Kathleen Tynan : OBITUARIES

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For Kathleen Tynan nothing was impossible, writes Daniel Topolski (further to the obituary by Joan Juliet Buck, 11 January). It was typical that during the last two years, while she was collating her husband Ken's vast archive for the British Library, editing and publishing his letters and selling her home of the last 25 years, she was also co-ordinating the advice of doctors in Britain, Japan, the United States and France as she scoured the world for the best and latest treatments for cancer.

It was daunting to watch her controlling events to the last detail. Her basement flat was mission control and her finger was on every button. It was also typical that her battle was fought in secret and totally without pity.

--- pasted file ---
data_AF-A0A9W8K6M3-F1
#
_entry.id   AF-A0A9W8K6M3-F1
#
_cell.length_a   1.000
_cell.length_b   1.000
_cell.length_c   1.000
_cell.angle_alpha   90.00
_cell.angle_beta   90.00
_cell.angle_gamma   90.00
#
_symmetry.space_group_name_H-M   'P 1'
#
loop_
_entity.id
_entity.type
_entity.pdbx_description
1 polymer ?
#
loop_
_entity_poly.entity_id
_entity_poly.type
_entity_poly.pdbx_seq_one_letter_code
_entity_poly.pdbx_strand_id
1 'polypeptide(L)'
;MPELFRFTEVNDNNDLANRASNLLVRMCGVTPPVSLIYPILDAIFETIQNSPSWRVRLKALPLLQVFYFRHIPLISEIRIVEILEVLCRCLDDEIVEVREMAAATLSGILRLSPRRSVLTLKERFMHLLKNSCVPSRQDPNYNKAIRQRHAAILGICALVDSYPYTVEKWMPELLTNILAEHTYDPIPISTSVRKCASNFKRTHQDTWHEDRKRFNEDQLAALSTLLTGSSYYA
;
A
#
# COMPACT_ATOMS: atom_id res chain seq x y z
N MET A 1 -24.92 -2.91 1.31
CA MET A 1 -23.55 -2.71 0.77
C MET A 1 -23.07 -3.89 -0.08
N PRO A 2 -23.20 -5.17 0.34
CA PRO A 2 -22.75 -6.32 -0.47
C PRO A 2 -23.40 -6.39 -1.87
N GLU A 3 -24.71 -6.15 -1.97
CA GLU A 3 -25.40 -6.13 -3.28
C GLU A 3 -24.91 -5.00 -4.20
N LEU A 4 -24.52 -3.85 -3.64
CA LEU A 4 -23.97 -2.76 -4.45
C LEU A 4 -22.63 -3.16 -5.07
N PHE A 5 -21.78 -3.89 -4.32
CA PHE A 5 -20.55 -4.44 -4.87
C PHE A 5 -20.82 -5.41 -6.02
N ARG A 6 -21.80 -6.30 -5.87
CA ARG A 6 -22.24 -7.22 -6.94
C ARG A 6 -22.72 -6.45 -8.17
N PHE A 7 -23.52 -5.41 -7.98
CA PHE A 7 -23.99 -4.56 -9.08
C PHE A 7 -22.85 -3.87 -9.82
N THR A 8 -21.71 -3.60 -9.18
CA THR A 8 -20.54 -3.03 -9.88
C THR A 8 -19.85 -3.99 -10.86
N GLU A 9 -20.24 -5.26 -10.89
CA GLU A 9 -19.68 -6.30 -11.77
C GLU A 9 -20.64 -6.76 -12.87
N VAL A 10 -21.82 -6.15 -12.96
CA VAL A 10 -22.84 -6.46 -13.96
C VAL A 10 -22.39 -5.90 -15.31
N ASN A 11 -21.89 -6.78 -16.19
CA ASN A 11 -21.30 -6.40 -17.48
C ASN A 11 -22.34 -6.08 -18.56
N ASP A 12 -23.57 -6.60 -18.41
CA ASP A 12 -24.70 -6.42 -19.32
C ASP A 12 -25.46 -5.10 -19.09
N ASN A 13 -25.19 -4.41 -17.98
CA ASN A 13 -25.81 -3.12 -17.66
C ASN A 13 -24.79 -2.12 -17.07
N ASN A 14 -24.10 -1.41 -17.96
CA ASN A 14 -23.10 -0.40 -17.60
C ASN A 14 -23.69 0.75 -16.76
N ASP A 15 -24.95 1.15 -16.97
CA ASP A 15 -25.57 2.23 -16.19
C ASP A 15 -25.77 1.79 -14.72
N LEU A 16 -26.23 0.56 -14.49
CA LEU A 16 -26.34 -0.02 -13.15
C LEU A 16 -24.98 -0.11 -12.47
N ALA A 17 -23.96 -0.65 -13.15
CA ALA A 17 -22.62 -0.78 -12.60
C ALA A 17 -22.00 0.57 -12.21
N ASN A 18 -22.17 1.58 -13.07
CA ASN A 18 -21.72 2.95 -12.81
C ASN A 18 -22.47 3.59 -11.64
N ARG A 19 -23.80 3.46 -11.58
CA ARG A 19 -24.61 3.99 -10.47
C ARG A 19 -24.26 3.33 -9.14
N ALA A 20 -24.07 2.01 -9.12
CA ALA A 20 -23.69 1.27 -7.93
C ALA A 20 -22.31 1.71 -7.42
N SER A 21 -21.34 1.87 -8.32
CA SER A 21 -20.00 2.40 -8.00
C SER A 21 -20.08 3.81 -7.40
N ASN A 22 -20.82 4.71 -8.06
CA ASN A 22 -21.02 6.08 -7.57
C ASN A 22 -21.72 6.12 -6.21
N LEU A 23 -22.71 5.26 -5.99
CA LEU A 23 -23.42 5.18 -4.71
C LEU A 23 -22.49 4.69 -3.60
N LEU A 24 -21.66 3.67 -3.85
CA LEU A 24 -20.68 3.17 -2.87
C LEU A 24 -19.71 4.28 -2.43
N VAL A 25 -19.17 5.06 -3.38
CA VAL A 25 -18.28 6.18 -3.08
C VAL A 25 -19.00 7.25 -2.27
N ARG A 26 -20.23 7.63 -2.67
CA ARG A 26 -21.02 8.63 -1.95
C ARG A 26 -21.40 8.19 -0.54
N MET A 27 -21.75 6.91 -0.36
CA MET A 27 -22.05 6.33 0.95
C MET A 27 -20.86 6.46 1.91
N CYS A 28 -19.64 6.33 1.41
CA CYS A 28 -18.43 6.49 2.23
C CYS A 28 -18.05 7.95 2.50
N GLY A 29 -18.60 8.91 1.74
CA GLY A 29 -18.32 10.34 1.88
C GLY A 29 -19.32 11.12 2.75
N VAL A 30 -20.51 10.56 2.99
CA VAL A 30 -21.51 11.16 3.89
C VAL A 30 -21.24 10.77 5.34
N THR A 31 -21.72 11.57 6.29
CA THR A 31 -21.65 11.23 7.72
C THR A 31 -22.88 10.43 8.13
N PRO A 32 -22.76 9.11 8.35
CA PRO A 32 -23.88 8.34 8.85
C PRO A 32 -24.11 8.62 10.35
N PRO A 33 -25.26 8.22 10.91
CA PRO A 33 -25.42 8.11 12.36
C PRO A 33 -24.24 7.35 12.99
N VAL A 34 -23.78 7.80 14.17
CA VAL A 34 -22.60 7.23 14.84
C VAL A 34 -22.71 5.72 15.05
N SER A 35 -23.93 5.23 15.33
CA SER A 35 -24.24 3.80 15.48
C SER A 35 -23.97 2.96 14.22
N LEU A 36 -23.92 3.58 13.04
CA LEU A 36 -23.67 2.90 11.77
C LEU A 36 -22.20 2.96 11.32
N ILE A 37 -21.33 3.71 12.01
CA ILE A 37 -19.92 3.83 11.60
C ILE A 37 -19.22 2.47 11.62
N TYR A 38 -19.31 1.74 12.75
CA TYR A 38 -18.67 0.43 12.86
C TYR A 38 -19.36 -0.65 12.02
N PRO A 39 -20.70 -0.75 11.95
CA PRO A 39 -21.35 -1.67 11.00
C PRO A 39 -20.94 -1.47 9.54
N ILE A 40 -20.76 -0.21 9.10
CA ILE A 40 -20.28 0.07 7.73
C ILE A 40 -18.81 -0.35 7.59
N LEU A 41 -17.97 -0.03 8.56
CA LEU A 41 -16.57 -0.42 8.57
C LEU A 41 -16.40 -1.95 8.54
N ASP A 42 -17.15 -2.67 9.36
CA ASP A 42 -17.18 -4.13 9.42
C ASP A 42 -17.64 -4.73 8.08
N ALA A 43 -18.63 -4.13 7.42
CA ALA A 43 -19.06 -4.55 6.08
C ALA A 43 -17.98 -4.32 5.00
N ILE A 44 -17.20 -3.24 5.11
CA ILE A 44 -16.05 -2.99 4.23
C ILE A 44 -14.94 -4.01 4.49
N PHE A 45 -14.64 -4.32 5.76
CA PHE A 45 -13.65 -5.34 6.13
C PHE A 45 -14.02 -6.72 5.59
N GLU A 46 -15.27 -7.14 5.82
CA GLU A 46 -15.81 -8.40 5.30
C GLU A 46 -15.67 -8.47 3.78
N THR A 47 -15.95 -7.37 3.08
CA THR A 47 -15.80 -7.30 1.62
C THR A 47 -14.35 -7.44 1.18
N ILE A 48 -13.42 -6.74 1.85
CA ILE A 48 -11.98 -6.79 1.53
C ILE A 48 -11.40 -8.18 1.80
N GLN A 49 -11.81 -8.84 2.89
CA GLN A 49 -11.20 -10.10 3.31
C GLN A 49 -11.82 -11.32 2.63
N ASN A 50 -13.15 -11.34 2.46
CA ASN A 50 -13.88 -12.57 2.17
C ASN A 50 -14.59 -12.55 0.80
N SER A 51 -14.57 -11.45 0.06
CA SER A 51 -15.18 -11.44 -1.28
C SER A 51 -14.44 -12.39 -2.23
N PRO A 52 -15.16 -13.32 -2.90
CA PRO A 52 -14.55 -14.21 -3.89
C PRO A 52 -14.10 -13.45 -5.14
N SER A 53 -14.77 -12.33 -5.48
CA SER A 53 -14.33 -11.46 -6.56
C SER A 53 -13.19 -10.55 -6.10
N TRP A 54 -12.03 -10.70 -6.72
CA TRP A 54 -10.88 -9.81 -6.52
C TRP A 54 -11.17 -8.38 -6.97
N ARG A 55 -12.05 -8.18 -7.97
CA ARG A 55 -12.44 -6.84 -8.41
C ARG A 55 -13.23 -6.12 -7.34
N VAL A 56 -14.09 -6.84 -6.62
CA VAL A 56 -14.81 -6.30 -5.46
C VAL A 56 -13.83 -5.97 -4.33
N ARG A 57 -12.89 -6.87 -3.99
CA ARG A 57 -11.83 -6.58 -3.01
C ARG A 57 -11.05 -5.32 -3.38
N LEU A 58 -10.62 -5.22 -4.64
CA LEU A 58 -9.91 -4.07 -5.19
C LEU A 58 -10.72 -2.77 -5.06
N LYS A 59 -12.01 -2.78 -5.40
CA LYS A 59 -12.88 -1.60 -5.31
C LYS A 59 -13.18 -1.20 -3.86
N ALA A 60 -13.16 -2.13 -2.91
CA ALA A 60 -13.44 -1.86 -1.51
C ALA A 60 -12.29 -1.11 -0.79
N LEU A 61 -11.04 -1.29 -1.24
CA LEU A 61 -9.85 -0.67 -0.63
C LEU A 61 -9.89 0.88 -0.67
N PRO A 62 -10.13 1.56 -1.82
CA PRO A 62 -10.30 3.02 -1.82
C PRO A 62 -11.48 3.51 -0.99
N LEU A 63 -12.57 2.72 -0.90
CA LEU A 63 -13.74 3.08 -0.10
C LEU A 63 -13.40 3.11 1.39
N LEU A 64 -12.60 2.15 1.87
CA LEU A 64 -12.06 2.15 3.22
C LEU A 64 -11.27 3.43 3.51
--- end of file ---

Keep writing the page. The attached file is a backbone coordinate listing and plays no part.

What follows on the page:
Throughout her ordeal her army of devoted friends continued to benefit from her loyal attention and energetic encouragement - badgered to follow up this or that idea.

Kathleen's finely judged observations of political, literary and social life were always wittily just right, unfussy and devoid of sentimentality. She delighted in describing a recent unexpected meeting at a party where she failed to recognise her first husband, Oliver Gates, after nearly 30 years. He finally had to introduce himself: "Hello," he said, " I believe we were once married."

The tragedy is that she had so much still to do. With her duty to Ken behind her, she was embarking on both another novel and a biography of her late father, the Canadian radio journalist Matthew Halton, and she was also bringing her latest original film-script to the screen.

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